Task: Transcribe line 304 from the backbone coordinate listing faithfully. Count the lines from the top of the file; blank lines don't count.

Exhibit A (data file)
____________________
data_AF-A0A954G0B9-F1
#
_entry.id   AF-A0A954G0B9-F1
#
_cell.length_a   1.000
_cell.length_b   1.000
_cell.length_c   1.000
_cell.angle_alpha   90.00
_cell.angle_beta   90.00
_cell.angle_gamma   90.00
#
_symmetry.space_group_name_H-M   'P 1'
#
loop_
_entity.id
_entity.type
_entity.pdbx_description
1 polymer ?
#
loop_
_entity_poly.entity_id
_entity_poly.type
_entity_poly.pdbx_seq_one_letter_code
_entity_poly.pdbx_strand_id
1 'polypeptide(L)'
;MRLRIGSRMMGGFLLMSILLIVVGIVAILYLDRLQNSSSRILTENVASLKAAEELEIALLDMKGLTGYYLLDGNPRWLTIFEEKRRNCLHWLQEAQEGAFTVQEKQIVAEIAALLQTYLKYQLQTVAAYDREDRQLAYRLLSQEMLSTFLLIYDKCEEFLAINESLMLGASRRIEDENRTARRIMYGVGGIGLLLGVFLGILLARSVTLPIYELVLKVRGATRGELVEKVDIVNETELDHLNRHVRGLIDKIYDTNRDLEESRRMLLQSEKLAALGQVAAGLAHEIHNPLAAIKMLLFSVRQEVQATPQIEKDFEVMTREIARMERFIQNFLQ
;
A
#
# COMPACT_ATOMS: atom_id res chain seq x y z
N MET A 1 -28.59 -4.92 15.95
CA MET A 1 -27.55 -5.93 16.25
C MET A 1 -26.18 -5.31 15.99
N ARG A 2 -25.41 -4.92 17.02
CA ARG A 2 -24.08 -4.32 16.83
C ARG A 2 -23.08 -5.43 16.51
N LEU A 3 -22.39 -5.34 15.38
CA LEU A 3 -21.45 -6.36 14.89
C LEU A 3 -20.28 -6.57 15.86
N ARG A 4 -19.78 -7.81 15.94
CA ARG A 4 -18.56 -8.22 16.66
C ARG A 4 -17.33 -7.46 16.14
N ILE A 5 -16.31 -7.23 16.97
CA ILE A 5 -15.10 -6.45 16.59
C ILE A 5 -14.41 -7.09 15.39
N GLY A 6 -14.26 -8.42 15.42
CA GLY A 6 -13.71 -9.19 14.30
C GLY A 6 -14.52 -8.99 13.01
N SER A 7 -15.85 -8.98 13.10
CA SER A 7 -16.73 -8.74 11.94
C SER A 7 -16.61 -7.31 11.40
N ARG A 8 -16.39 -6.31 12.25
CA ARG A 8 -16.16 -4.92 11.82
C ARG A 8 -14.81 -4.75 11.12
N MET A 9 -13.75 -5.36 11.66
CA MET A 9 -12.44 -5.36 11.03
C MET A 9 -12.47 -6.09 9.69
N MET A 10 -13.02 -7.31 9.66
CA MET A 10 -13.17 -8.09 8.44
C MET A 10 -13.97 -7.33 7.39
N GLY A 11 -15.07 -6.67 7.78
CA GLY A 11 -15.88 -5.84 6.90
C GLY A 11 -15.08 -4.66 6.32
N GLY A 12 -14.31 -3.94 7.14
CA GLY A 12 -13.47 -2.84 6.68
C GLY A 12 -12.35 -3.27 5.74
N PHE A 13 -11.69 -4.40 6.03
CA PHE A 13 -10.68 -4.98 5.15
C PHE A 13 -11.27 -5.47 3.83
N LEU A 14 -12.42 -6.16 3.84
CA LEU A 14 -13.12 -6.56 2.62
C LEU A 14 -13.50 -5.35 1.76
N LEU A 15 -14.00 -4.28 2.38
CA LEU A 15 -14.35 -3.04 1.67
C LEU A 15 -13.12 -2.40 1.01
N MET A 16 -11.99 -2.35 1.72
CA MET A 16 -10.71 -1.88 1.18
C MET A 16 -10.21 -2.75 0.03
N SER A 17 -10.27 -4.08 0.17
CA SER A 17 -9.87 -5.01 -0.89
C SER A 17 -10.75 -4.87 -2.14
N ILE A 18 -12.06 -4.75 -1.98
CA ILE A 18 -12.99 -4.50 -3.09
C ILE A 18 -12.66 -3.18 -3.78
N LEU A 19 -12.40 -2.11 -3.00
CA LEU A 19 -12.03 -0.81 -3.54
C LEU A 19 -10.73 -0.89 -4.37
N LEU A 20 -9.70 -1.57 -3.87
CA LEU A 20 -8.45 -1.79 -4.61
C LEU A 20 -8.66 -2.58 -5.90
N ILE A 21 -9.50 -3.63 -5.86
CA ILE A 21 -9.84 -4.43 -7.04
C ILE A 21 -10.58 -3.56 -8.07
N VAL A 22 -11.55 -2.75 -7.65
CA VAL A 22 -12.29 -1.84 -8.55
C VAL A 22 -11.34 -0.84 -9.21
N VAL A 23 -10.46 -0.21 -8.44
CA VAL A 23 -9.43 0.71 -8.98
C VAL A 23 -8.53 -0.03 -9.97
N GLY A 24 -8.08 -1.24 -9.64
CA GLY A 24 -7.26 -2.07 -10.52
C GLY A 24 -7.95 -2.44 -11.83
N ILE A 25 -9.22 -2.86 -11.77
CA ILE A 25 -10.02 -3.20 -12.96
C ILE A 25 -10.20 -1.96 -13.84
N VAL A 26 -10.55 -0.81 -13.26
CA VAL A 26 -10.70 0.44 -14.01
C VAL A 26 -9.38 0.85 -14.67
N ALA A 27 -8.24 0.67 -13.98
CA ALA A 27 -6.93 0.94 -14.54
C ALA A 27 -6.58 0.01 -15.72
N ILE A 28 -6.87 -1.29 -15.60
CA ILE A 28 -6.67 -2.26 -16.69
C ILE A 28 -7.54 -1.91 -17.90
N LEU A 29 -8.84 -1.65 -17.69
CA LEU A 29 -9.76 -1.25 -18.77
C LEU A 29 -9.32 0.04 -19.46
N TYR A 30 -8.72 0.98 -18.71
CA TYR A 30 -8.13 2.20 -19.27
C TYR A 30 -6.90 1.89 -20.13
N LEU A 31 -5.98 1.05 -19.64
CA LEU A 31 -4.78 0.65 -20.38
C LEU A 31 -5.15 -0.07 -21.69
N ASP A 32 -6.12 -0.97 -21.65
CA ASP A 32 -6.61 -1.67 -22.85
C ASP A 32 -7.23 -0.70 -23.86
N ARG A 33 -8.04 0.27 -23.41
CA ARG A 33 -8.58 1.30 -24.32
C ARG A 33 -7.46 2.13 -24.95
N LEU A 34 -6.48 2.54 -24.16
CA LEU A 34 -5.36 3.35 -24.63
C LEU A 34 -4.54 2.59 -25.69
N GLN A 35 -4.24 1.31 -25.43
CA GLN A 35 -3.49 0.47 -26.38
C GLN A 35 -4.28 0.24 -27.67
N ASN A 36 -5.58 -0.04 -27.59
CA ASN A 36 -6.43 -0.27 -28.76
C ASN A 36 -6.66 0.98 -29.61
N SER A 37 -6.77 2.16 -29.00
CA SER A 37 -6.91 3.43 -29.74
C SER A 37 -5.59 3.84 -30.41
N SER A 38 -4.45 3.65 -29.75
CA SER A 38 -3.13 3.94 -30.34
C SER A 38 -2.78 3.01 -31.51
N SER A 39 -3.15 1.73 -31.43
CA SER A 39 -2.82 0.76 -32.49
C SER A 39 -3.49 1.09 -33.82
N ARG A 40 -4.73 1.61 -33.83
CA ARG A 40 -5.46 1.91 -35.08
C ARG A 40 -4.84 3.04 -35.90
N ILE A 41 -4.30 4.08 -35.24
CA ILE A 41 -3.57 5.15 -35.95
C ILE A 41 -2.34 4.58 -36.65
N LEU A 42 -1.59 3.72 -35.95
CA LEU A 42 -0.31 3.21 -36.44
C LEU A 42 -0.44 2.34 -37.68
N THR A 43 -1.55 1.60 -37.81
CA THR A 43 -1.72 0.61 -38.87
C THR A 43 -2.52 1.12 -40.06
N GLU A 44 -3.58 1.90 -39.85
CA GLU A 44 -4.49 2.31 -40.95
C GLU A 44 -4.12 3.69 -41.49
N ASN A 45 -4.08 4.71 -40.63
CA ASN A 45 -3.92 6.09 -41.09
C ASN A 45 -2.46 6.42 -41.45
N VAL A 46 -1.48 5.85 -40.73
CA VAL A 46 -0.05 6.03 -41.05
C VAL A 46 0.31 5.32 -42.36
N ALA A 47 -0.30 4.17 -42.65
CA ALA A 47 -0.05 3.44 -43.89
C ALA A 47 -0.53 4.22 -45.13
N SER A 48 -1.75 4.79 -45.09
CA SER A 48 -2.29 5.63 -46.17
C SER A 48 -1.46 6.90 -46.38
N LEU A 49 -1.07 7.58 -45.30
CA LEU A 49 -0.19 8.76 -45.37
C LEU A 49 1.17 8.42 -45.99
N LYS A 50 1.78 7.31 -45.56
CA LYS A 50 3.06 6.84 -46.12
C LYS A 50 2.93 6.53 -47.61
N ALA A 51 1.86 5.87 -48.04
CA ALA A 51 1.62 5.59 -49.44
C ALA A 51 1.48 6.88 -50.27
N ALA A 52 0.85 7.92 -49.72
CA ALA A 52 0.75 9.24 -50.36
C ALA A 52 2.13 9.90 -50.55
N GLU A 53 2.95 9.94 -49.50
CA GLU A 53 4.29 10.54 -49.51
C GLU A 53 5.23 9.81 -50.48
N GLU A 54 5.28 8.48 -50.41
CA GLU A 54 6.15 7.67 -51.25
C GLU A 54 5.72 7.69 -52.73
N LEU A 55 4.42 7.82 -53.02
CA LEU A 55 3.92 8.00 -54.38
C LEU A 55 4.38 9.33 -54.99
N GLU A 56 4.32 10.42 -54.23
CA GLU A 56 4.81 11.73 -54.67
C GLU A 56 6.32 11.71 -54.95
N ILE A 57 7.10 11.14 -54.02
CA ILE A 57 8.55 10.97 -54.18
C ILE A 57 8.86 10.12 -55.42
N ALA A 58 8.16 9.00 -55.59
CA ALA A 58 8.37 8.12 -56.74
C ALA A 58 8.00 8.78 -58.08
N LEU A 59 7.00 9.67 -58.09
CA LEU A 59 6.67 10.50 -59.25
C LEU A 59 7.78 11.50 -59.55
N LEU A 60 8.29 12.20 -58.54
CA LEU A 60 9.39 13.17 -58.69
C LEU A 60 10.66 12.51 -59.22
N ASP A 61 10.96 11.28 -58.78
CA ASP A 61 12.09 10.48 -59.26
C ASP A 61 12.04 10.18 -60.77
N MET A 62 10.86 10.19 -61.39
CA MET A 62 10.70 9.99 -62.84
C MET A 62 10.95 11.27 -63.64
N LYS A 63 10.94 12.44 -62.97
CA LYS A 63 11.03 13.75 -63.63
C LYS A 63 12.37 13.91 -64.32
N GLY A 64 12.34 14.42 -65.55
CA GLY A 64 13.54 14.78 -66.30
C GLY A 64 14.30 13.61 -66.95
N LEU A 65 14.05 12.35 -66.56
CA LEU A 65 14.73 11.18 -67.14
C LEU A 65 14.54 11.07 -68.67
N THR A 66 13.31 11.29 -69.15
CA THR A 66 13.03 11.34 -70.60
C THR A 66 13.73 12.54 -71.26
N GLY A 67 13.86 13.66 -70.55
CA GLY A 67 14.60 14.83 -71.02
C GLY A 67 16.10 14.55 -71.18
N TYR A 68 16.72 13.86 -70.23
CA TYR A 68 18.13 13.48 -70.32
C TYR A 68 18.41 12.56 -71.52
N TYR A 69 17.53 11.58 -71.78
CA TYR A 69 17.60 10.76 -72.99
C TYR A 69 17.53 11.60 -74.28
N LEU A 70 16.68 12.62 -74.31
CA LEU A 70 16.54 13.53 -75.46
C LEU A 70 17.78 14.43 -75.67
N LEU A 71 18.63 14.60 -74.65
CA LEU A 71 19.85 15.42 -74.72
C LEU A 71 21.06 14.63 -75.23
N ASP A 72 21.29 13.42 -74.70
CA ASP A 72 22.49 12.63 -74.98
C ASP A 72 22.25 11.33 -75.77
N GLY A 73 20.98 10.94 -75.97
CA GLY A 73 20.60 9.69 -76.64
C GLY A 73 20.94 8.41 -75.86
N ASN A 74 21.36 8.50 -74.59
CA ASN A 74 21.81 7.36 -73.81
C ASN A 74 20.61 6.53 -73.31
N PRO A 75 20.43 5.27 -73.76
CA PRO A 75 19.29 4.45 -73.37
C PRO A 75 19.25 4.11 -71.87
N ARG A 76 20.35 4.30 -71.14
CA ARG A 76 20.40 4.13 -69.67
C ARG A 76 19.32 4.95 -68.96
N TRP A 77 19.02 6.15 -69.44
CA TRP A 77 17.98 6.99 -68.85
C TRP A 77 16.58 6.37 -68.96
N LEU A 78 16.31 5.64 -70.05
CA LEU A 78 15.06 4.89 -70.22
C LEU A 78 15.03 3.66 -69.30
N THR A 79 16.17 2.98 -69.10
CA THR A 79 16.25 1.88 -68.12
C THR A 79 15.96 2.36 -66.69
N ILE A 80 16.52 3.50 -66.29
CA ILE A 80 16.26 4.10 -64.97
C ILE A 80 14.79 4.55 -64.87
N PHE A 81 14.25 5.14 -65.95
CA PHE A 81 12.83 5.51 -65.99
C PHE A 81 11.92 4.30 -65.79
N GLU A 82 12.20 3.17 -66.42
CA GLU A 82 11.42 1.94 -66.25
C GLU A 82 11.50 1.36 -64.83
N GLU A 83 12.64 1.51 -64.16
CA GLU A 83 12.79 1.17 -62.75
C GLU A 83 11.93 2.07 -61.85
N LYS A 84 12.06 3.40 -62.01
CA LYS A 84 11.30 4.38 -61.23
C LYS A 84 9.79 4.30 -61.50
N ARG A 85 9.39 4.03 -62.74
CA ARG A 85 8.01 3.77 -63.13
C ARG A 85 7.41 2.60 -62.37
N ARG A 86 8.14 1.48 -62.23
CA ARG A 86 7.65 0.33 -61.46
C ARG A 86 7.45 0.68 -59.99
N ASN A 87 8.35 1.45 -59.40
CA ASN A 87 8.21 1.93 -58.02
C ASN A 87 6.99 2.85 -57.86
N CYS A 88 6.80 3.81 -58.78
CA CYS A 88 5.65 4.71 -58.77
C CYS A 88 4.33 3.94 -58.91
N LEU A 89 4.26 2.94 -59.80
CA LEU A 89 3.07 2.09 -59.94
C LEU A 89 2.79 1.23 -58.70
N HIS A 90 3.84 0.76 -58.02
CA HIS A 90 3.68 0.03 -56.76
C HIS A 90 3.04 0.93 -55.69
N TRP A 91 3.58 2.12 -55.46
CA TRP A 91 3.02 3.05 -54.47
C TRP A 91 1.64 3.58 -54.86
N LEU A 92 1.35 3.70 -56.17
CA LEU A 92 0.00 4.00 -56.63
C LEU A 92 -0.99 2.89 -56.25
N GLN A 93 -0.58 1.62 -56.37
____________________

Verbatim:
N LEU A 92 1.35 3.70 -56.17